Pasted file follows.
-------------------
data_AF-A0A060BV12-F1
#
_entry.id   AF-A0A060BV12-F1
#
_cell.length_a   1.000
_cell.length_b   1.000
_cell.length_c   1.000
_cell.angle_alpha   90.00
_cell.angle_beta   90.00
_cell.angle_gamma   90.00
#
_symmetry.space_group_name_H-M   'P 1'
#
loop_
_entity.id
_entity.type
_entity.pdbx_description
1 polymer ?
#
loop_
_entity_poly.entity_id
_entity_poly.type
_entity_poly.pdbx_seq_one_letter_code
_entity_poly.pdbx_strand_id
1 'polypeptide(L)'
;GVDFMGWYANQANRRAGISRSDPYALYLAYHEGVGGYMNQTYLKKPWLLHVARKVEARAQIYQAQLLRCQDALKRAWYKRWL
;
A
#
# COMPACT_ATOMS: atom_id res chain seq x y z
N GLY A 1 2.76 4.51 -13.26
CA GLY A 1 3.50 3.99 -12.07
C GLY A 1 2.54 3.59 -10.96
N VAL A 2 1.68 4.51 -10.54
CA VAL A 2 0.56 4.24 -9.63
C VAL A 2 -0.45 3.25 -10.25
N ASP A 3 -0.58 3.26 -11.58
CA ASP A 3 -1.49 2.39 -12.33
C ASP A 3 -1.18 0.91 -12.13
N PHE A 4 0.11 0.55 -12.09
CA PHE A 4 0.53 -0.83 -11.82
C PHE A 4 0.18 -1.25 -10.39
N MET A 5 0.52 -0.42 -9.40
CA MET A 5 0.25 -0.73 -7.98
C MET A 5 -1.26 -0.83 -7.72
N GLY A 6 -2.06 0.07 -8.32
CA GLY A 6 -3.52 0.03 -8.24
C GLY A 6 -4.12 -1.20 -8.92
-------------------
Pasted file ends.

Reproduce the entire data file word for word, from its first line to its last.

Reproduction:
data_AF-A0A060BV12-F1
#
_entry.id   AF-A0A060BV12-F1
#
_cell.length_a   1.000
_cell.length_b   1.000
_cell.length_c   1.000
_cell.angle_alpha   90.00
_cell.angle_beta   90.00
_cell.angle_gamma   90.00
#
_symmetry.space_group_name_H-M   'P 1'
#
loop_
_entity.id
_entity.type
_entity.pdbx_description
1 polymer ?
#
loop_
_entity_poly.entity_id
_entity_poly.type
_entity_poly.pdbx_seq_one_letter_code
_entity_poly.pdbx_strand_id
1 'polypeptide(L)'
;GVDFMGWYANQANRRAGISRSDPYALYLAYHEGVGGYMNQTYLKKPWLLHVARKVEARAQIYQAQLLRCQDALKRAWYKRWL
;
A
#
# COMPACT_ATOMS: atom_id res chain seq x y z
N GLY A 1 2.76 4.51 -13.26
CA GLY A 1 3.50 3.99 -12.07
C GLY A 1 2.54 3.59 -10.96
N VAL A 2 1.68 4.51 -10.54
CA VAL A 2 0.56 4.24 -9.63
C VAL A 2 -0.45 3.25 -10.25
N ASP A 3 -0.58 3.26 -11.58
CA ASP A 3 -1.49 2.39 -12.33
C ASP A 3 -1.18 0.91 -12.13
N PHE A 4 0.11 0.55 -12.09
CA PHE A 4 0.53 -0.83 -11.82
C PHE A 4 0.18 -1.25 -10.39
N MET A 5 0.52 -0.42 -9.40
CA MET A 5 0.25 -0.73 -7.98
C MET A 5 -1.26 -0.83 -7.72
N GLY A 6 -2.06 0.07 -8.32
CA GLY A 6 -3.52 0.03 -8.24
C GLY A 6 -4.12 -1.20 -8.92